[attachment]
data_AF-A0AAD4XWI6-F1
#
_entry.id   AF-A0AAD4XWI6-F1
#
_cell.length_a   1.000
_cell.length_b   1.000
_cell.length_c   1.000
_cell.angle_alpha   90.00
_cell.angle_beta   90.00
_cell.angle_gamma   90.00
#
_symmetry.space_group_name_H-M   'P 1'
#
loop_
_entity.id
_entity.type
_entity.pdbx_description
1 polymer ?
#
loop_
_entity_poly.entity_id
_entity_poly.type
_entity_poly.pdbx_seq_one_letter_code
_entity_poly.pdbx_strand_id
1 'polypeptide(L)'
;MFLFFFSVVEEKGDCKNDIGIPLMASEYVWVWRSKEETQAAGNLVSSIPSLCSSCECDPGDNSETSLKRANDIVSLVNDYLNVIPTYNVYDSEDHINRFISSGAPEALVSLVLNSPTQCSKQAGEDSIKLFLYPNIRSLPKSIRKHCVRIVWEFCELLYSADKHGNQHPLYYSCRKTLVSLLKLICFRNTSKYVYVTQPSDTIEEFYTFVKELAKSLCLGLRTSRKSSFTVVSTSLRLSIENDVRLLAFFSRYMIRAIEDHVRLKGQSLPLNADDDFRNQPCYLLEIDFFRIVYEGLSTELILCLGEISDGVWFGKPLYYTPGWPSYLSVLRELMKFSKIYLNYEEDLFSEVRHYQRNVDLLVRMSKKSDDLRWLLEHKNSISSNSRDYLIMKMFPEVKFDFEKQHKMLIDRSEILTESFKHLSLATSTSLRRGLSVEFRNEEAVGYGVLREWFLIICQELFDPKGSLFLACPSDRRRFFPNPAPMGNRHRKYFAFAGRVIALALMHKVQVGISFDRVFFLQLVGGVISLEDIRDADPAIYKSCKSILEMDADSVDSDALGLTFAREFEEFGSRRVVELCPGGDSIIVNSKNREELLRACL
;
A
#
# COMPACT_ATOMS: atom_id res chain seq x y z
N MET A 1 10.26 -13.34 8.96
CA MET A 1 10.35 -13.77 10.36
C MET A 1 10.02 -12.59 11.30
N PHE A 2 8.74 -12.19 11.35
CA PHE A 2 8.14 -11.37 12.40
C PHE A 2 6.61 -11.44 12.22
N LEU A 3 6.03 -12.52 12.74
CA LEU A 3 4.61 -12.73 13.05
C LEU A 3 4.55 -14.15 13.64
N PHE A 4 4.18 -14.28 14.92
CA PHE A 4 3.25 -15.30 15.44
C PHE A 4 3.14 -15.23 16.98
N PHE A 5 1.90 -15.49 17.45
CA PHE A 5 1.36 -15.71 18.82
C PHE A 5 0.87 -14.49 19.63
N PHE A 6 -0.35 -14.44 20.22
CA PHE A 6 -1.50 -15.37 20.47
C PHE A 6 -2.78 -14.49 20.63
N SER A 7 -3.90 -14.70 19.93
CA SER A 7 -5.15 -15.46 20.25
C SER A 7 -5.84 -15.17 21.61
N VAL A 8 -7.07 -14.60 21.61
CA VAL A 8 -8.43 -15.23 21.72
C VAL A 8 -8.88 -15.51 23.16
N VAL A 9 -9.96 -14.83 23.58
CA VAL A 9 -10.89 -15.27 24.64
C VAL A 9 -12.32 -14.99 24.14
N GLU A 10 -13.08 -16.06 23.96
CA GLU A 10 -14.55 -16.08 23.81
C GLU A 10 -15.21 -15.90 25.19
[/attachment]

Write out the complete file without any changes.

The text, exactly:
data_AF-A0AAD4XWI6-F1
#
_entry.id   AF-A0AAD4XWI6-F1
#
_cell.length_a   1.000
_cell.length_b   1.000
_cell.length_c   1.000
_cell.angle_alpha   90.00
_cell.angle_beta   90.00
_cell.angle_gamma   90.00
#
_symmetry.space_group_name_H-M   'P 1'
#
loop_
_entity.id
_entity.type
_entity.pdbx_description
1 polymer ?
#
loop_
_entity_poly.entity_id
_entity_poly.type
_entity_poly.pdbx_seq_one_letter_code
_entity_poly.pdbx_strand_id
1 'polypeptide(L)'
;MFLFFFSVVEEKGDCKNDIGIPLMASEYVWVWRSKEETQAAGNLVSSIPSLCSSCECDPGDNSETSLKRANDIVSLVNDYLNVIPTYNVYDSEDHINRFISSGAPEALVSLVLNSPTQCSKQAGEDSIKLFLYPNIRSLPKSIRKHCVRIVWEFCELLYSADKHGNQHPLYYSCRKTLVSLLKLICFRNTSKYVYVTQPSDTIEEFYTFVKELAKSLCLGLRTSRKSSFTVVSTSLRLSIENDVRLLAFFSRYMIRAIEDHVRLKGQSLPLNADDDFRNQPCYLLEIDFFRIVYEGLSTELILCLGEISDGVWFGKPLYYTPGWPSYLSVLRELMKFSKIYLNYEEDLFSEVRHYQRNVDLLVRMSKKSDDLRWLLEHKNSISSNSRDYLIMKMFPEVKFDFEKQHKMLIDRSEILTESFKHLSLATSTSLRRGLSVEFRNEEAVGYGVLREWFLIICQELFDPKGSLFLACPSDRRRFFPNPAPMGNRHRKYFAFAGRVIALALMHKVQVGISFDRVFFLQLVGGVISLEDIRDADPAIYKSCKSILEMDADSVDSDALGLTFAREFEEFGSRRVVELCPGGDSIIVNSKNREELLRACL
;
A
#
# COMPACT_ATOMS: atom_id res chain seq x y z
N MET A 1 10.26 -13.34 8.96
CA MET A 1 10.35 -13.77 10.36
C MET A 1 10.02 -12.59 11.30
N PHE A 2 8.74 -12.19 11.35
CA PHE A 2 8.14 -11.37 12.40
C PHE A 2 6.61 -11.44 12.22
N LEU A 3 6.03 -12.52 12.74
CA LEU A 3 4.61 -12.73 13.05
C LEU A 3 4.55 -14.15 13.64
N PHE A 4 4.18 -14.28 14.92
CA PHE A 4 3.25 -15.30 15.44
C PHE A 4 3.14 -15.23 16.98
N PHE A 5 1.90 -15.49 17.45
CA PHE A 5 1.36 -15.71 18.82
C PHE A 5 0.87 -14.49 19.63
N PHE A 6 -0.35 -14.44 20.22
CA PHE A 6 -1.50 -15.37 20.47
C PHE A 6 -2.78 -14.49 20.63
N SER A 7 -3.90 -14.70 19.93
CA SER A 7 -5.15 -15.46 20.25
C SER A 7 -5.84 -15.17 21.61
N VAL A 8 -7.07 -14.60 21.61
CA VAL A 8 -8.43 -15.23 21.72
C VAL A 8 -8.88 -15.51 23.16
N VAL A 9 -9.96 -14.83 23.58
CA VAL A 9 -10.89 -15.27 24.64
C VAL A 9 -12.32 -14.99 24.14
N GLU A 10 -13.08 -16.06 23.96
CA GLU A 10 -14.55 -16.08 23.81
C GLU A 10 -15.21 -15.90 25.19